The Workforce/Operator Certification Workgroup (consisting of states, EPA and TA providers) was formed in part to address the challenge of maintaining a robust and knowledgeable workforce. As part of this effort, the Workgroup is promoting sharing information about internship and mentoring programs by developing fact sheets (ModelMaine) about different types of programs and sharing them across the country. As a first step, the group would like your help to identify the programs in your states.
1) Quick description about the program (3-4 sentences including: title, location, and additional details as available)
2) Program contact information (for follow-up questions as necessary)
Please Post Your Reply on the ASDWA CapCert Connections Forum
Additional Information and Definitions
This is our initial effort to gather information about these programs, so we do not want to limit the scope too much. If you feel that there is a program that we should know about, please don’t hesitate to include it.
Internship Program: a program that build skills towards gaining an operator license and includes hours of work experience for licensure.
Mentoring Program: a formal program that measurably enhances the skills of the existing workforce.
Internship and Mentoring programs take a variety of approaches:
- They may be state-led, or they may be industry-led (e.g., State or AWWA)
- Some programs focus on bringing new people into the program to become operators. (This may be a type of operator-in-training program)
- Some programs may be intensive training/mentoring for experienced operators
- Some programs are apprenticeships with the Department of Labor.
- Programs may be funded by the state or industry or other entity (e.g., Department of Labor)
EPA Hosts Water & Wastewater Infrastructure O&M and Management Training for Tribal Operators and Leaders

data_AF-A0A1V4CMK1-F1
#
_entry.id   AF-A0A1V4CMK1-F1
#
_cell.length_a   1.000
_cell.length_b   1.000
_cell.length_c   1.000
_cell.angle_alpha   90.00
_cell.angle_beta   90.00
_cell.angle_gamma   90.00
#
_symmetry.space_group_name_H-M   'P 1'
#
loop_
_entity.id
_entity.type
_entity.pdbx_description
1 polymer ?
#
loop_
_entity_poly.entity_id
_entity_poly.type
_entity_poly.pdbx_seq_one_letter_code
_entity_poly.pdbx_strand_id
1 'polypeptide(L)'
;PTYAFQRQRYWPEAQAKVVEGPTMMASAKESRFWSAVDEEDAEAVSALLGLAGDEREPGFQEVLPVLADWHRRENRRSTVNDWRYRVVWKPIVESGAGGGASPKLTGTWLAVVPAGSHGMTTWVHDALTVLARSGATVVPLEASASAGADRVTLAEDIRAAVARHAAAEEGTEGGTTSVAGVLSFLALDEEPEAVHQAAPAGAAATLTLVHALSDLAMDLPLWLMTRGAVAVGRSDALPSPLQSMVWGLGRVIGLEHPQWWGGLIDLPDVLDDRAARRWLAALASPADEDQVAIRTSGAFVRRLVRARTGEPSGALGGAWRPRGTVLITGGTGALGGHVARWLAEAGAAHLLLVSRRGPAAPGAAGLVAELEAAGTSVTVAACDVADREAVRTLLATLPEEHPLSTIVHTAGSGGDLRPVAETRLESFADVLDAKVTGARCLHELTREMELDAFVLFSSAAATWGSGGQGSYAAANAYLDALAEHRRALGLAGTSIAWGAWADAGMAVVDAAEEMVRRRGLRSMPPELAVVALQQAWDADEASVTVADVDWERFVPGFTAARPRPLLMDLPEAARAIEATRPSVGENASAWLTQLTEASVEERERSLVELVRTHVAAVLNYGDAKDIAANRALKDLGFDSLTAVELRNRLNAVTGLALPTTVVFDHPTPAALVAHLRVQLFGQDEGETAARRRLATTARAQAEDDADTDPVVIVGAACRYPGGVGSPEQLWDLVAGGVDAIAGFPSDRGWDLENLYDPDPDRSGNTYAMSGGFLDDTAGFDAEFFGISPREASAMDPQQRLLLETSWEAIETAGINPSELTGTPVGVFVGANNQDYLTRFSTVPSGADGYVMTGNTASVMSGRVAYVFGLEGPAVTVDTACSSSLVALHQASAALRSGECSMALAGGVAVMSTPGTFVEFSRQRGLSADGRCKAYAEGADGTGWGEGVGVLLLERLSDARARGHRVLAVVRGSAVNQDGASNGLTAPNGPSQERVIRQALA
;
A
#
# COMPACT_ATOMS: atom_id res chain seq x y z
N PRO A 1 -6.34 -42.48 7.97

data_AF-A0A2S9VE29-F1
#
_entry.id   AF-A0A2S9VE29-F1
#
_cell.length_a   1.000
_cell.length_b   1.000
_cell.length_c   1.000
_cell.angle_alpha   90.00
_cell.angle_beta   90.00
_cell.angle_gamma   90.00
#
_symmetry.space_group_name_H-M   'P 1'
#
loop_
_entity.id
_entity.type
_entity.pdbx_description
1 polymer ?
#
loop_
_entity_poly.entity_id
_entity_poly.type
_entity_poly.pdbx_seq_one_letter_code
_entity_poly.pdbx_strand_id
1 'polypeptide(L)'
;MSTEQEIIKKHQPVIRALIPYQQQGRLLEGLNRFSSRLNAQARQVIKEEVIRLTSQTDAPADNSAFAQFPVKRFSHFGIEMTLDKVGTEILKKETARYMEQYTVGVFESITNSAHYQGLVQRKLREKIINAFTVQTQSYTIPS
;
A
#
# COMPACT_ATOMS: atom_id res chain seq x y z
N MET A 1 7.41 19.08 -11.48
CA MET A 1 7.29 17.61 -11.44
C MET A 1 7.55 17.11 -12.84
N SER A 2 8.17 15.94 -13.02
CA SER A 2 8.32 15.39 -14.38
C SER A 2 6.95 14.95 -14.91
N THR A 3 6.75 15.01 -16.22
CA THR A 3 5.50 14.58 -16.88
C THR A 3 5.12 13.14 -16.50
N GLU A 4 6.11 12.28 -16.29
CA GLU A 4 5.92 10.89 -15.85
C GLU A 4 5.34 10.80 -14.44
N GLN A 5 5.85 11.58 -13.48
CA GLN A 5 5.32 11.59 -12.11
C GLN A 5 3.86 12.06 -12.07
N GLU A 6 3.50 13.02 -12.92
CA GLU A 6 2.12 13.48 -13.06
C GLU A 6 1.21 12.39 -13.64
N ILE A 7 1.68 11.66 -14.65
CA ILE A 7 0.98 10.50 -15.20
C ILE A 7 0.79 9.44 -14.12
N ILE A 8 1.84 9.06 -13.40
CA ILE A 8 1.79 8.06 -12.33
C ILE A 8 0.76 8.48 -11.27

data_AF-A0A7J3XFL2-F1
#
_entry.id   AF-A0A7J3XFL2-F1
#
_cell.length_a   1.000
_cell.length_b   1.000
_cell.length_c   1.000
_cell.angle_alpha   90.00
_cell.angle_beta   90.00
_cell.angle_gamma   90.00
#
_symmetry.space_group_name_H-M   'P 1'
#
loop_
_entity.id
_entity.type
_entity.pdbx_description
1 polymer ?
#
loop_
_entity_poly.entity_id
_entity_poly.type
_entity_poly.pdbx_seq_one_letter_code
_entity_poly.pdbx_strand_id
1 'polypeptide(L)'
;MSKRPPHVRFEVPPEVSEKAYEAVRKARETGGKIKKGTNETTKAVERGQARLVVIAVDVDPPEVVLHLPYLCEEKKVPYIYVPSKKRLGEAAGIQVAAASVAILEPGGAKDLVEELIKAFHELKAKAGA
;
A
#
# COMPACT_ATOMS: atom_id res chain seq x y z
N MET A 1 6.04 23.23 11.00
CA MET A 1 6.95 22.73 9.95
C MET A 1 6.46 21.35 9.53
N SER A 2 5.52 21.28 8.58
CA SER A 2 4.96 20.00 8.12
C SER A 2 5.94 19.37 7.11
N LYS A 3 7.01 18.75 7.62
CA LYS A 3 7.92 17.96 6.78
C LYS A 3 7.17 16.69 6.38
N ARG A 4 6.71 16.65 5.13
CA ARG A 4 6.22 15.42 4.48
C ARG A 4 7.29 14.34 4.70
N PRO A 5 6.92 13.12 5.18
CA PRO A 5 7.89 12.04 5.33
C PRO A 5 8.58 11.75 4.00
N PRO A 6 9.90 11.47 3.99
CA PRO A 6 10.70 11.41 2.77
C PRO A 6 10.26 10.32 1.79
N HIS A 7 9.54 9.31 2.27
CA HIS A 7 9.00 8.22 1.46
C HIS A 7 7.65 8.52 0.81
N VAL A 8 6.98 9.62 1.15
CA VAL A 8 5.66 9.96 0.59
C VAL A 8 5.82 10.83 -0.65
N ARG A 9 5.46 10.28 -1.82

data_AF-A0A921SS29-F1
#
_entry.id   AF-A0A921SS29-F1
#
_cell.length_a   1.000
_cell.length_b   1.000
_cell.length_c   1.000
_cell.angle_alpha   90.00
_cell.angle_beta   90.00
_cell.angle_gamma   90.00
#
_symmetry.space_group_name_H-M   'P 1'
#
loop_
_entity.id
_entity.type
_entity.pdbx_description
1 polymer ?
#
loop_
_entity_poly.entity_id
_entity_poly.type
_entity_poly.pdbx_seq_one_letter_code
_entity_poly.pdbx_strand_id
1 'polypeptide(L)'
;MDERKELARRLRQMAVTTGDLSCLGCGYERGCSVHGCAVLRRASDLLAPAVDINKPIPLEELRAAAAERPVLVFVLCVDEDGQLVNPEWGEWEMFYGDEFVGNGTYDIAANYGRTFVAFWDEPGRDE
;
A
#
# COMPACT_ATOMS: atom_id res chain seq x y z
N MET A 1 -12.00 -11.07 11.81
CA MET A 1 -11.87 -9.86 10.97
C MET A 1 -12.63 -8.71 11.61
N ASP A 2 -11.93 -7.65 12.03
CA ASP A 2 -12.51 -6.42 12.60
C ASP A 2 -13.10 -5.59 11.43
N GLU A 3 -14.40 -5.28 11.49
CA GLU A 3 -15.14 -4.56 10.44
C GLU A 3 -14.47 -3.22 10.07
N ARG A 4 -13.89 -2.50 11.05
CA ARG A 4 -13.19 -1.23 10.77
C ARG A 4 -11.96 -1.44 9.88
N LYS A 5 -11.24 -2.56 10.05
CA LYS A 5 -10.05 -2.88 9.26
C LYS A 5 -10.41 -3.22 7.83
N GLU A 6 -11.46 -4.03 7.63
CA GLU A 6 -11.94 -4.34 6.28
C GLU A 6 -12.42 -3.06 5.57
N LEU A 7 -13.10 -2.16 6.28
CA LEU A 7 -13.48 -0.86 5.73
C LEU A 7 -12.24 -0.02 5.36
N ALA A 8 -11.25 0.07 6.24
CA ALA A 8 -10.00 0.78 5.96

June 7, 2011
From June to October 2011, EPA will be sponsoring a series of in-person training workshops for federally recognized tribes and Alaskan Native Villages across the country to help increase participants’ skills and knowledge in the operation of wastewater and drinking water treatment systems. The training is intended for water system operators, wastewater system operators, tribal utility managers, tribal council members and leaders involved with water utility management.
While there is no registration fee for the workshops, there is a cap of 50 participants at each session, and tribes and Alaskan Native Villages that received 2009 American Recovery and Reinvestment Act (ARRA) funds will be given registration priority. Travel, hotel, and per diem costs for attendees from tribal reservations may be covered by a participant’s local Indian Health Service (IHS) Area office. Participants can contact their local IHS office for additional details.
The first training workshop will be in Seattle, June 21-23, 2011. Registration is open until 24 hours prior to the workshop. Early registration is encouraged. For more information, including how to register, please go to: http://water.epa.gov/learn/training/tribaltraining/tcourse7_2011.cfm.
For questions about the training, please contact Leon Latino by e-mail at email@example.com or by phone at 202-564-1997; or Matthew Richardson by e-mail at firstname.lastname@example.org or by phone at 202 564-2947.
June 1, 2011
As you read through the information below, it may sound familiar to some of you…and that’s because it is!
This is a reprint of an article that Steve Wilson wrote for SmallWaterSupply.org more than a year ago. So why is ASDWA publishing it again in CapCert Connections? Two reasons: 1) It’s a really good article that has lots of useful and timely (or should that be timeless?) information about how we consider the process of “restructuring” that is now called water system partnership, and 2) to remind you that CapCert Connections now has an RSS feed for SmallWaterSupply.org. This means that you can go to this useful site at any time to see what they have posted as the latest and greatest small system “good stuff.” So, keep reading!
6. Compendium of state authorities, regulations, etc from USEPA 61 pages